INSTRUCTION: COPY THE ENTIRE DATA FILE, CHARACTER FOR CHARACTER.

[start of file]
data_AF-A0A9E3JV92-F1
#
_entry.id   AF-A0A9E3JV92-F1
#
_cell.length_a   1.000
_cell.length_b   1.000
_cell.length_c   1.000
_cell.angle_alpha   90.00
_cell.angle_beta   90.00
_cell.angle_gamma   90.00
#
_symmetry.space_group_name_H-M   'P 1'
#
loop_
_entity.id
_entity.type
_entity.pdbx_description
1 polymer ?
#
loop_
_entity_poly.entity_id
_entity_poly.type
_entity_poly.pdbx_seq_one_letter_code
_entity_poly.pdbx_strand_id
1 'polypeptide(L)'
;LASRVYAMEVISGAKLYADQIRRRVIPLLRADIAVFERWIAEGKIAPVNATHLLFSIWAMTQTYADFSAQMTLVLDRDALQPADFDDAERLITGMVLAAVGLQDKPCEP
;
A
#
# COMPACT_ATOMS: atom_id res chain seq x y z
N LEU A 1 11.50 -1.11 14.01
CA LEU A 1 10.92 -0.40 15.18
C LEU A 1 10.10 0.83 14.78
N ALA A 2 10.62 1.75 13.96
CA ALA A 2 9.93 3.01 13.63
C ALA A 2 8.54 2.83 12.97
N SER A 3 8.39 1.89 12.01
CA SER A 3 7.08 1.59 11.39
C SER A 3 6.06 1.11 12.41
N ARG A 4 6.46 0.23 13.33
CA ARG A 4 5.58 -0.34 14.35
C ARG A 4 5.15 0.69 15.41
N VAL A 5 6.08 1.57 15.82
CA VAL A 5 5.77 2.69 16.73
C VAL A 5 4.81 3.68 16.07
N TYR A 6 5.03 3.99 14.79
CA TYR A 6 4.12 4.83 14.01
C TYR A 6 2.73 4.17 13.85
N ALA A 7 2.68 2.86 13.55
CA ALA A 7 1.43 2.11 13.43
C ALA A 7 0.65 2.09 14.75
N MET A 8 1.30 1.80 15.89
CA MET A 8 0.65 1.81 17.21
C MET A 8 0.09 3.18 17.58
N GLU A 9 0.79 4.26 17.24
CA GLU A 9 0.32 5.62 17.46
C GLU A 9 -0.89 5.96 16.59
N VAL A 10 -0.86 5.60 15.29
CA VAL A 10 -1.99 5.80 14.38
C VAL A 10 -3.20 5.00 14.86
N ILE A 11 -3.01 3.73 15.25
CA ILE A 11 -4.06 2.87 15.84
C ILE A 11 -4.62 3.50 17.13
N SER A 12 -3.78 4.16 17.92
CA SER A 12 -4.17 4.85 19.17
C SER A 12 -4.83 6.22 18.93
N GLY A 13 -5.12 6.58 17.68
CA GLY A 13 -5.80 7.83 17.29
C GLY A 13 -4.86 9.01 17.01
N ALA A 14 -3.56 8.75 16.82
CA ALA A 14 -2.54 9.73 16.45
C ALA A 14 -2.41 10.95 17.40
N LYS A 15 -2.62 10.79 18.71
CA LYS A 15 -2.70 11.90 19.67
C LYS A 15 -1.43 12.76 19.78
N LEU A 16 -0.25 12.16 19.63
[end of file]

data_AF-A0A9E3JV92-F1
#
_entry.id   AF-A0A9E3JV92-F1
#
_cell.length_a   1.000
_cell.length_b   1.000
_cell.length_c   1.000
_cell.angle_alpha   90.00
_cell.angle_beta   90.00
_cell.angle_gamma   90.00
#
_symmetry.space_group_name_H-M   'P 1'
#
loop_
_entity.id
_entity.type
_entity.pdbx_description
1 polymer ?
#
loop_
_entity_poly.entity_id
_entity_poly.type
_entity_poly.pdbx_seq_one_letter_code
_entity_poly.pdbx_strand_id
1 'polypeptide(L)'
;LASRVYAMEVISGAKLYADQIRRRVIPLLRADIAVFERWIAEGKIAPVNATHLLFSIWAMTQTYADFSAQMTLVLDRDALQPADFDDAERLITGMVLAAVGLQDKPCEP
;
A
#
# COMPACT_ATOMS: atom_id res chain seq x y z
N LEU A 1 11.50 -1.11 14.01
CA LEU A 1 10.92 -0.40 15.18
C LEU A 1 10.10 0.83 14.78
N ALA A 2 10.62 1.75 13.96
CA ALA A 2 9.93 3.01 13.63
C ALA A 2 8.54 2.83 12.97
N SER A 3 8.39 1.89 12.01
CA SER A 3 7.08 1.59 11.39
C SER A 3 6.06 1.11 12.41
N ARG A 4 6.46 0.23 13.33
CA ARG A 4 5.58 -0.34 14.35
C ARG A 4 5.15 0.69 15.41
N VAL A 5 6.08 1.57 15.82
CA VAL A 5 5.77 2.69 16.73
C VAL A 5 4.81 3.68 16.07
N TYR A 6 5.03 3.99 14.79
CA TYR A 6 4.12 4.83 14.01
C TYR A 6 2.73 4.17 13.85
N ALA A 7 2.68 2.86 13.55
CA ALA A 7 1.43 2.11 13.43
C ALA A 7 0.65 2.09 14.75
N MET A 8 1.30 1.80 15.89
CA MET A 8 0.65 1.81 17.21
C MET A 8 0.09 3.18 17.58
N GLU A 9 0.79 4.26 17.24
CA GLU A 9 0.32 5.62 17.46
C GLU A 9 -0.89 5.96 16.59
N VAL A 10 -0.86 5.60 15.29
CA VAL A 10 -1.99 5.80 14.38
C VAL A 10 -3.20 5.00 14.86
N ILE A 11 -3.01 3.73 15.25
CA ILE A 11 -4.06 2.87 15.84
C ILE A 11 -4.62 3.50 17.13
N SER A 12 -3.78 4.16 17.92
CA SER A 12 -4.17 4.85 19.17
C SER A 12 -4.83 6.22 18.93
N GLY A 13 -5.12 6.58 17.68
CA GLY A 13 -5.80 7.83 17.29
C GLY A 13 -4.86 9.01 17.01
N ALA A 14 -3.56 8.75 16.82
CA ALA A 14 -2.54 9.73 16.45
C ALA A 14 -2.41 10.95 17.40
N LYS A 15 -2.62 10.79 18.71
CA LYS A 15 -2.70 11.90 19.67
C LYS A 15 -1.43 12.76 19.78
N LEU A 16 -0.25 12.16 19.63